Livescore Thursday, April 25
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MIAMI — Bam Adebayo needed to hear the question again, so I repeated it.

“Jamal Murray,” I said. “Jimmy spent a lot of time on him in Game 2. He had more of a quiet Game 2. I’m wondering what you saw out of Jimmy in that defensive matchup.”

“He takes the challenge,” said Adebayo, who’s taking on an awfully tough challenge himself in these 2023 NBA Finals, in the form of Nuggets superstar two-time MVP Nikola Jokić. “Whatever the assignment is, I feel like he’ll take the challenge. He’s going to find a way to make it tough on him.”

Not the most specific and detailed answer of all time, but I think we can cut Adebayo a little slack. After all, you try to answer questions while this is happening a few feet to your right:

Jimmy Butler, folks. Making “making it tough on him” look easy since time immemorial.

Erik Spoelstra’s first big between-games tactical shift in these Finals came when he decided to move Caleb Martin back to the bench in favor of returning Kevin Love to the starting frontcourt alongside Adebayo. That alignment had been very successful for the Heat in the opening rounds of the playoffs, but became untenable once the Celtics decided to start only one big man, effectively removing a defensive matchup for Love. Against a Denver team that starts big — huge, really — with Jokić, Aaron Gordon and Michael Porter Jr. along the front line, though, Spoelstra decided to bring back Love’s size to try to limit the kinds of post-ups, deep seals, duck-ins and bully-ball that the Nuggets feasted on in Game 1.

The realignment paid dividends. Love pulled down a team-high 10 rebounds, snagged a pair of steals, took a charge and played sharp help defense; the Heat outscored Denver by 18 points in his 22 minutes during their 111-108 win Sunday. One important downstream effect of Love moving into the lineup, though, was how it prompted Spoelstra to juggle Miami’s defensive matchups. In Game 1, Butler guarded Gordon for nearly 61% of the time they shared the floor, according to NBA Advanced Stats; Murray, checked mostly by the smaller Gabe Vincent, turned in a brilliant Finals debut, scoring 26 points on 11-for-22 shooting with 10 assists in Denver’s series-opening victory.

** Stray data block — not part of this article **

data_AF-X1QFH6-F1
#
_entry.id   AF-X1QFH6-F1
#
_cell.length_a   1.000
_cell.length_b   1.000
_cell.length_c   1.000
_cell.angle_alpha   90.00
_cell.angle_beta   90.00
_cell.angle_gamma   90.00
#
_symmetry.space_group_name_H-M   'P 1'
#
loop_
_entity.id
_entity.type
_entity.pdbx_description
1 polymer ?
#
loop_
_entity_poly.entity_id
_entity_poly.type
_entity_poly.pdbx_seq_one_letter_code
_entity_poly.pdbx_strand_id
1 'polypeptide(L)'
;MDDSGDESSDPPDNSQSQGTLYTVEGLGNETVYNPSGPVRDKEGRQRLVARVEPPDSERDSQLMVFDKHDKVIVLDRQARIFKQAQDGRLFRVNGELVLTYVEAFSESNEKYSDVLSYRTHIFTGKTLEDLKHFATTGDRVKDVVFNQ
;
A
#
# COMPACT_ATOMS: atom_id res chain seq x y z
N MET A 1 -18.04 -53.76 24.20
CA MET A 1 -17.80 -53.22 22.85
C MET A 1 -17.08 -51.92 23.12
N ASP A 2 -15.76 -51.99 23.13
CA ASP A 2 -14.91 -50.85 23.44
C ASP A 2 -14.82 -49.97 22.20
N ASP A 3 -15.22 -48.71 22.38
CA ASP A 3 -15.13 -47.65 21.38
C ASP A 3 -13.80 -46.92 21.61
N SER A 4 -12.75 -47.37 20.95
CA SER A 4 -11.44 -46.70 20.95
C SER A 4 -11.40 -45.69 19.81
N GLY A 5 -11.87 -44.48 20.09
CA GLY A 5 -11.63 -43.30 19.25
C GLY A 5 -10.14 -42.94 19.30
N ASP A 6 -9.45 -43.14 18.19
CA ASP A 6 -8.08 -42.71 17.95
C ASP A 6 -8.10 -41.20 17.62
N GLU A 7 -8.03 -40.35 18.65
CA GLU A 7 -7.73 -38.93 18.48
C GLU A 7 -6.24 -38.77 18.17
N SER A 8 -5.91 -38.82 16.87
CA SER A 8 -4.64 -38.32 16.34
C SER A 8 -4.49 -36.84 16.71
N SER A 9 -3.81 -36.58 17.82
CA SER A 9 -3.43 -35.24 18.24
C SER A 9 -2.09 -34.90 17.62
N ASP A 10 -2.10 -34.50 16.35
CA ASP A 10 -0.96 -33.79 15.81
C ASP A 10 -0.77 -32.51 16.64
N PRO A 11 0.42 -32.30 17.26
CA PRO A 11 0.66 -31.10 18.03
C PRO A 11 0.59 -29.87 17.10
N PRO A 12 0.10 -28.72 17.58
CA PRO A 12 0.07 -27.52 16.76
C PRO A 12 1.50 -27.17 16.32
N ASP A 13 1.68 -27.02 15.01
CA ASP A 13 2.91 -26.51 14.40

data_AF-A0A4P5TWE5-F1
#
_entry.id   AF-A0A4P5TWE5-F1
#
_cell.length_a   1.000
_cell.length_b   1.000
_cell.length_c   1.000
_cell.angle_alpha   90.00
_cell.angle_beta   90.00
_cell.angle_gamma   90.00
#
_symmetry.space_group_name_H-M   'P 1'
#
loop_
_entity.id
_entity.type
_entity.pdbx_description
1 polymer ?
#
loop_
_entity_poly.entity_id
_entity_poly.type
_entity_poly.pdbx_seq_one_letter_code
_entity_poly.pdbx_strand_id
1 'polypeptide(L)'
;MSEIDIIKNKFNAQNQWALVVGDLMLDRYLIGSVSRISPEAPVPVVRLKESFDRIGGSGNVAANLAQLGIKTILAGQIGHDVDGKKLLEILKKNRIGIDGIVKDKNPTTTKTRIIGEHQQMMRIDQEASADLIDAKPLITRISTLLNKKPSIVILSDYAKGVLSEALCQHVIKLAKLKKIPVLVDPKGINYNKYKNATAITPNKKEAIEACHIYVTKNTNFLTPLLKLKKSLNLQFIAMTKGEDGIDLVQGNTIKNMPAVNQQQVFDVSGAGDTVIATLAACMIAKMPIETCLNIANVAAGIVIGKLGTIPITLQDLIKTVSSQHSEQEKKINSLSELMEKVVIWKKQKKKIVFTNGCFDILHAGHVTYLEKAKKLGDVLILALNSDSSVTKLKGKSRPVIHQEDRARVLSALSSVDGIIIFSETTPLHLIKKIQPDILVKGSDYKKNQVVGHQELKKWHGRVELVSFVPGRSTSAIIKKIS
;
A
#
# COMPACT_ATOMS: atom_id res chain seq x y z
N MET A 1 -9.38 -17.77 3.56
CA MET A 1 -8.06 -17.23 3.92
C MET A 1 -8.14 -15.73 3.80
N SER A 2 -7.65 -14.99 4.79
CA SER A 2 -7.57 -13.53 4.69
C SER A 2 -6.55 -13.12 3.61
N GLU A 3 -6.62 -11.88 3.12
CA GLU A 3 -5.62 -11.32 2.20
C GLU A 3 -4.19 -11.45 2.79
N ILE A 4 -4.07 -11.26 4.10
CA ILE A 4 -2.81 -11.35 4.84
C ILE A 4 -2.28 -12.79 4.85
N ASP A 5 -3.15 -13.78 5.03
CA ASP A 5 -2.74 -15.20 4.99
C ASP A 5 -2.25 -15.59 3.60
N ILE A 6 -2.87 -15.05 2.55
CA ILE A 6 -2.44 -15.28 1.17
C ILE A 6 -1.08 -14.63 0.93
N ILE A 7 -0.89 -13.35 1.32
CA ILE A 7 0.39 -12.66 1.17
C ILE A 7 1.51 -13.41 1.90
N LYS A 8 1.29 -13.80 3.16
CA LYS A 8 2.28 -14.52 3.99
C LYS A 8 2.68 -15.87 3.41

In Game 2, though, with Love lining up against Gordon at the 4 spot, Butler shifted over to pick up Murray. Not all the time — “It’s not just Jimmy … Murray will draw second defenders, third defenders,” Spoelstra was quick to note at Heat practice Saturday — but on more than half of the possessions on which they shared the floor.

“He scores in so many different ways,” Butler said. “He has the ball consistently and he is making all the right reads, all the right passes. But it’s just about effort, contesting every shot, body on body, making everything difficult for him.”

Well, mission accomplished: Murray had 12 points on 12 shots in 36 minutes of work with 2:35 to go in Game 2.

“Mentality is the same,” Murray said of his approach going from a steady diet of Vincent and Martin in Game 1 to Butler’s coverage in Game 2 (and, presumably, beyond). “I’ve seen a lot of defenders throughout my career. Jimmy is a good defender. Got great hands, anticipation.”

To his credit, Murray finished Game 2 with 18, thanks to a pair of huge 3s in that final 2:35; he would have had more if not for a missed goaltend and a front-rimmed late-second equalizer. That he didn’t, though, played a huge role in the Heat sending this series back to Miami tied at one game apiece rather than down 2-0 … and the all-court harassment of Butler, who held Murray to just 3-for-6 shooting when they were matched up, played a huge role in making sure that his comparatively muted production was a hell of a lot tougher to come by.

Butler’s work mattered in some evident ways: contested looks going awry, dribbles interrupted and poked clean, ball pressure that got Murray to rethink his options in the air and one half of Denver’s bread-and-butter two-man game tamped down. Couper Moorhead of Heat.com noted that Murray scored just 0.75 points per pick-and-roll run against Miami’s drop coverage in Game 2 — an area where Butler’s ability to get over the top of screens, stay connected and use his length and physicality to bother Murray as he came off the pick likely contributed to the struggles.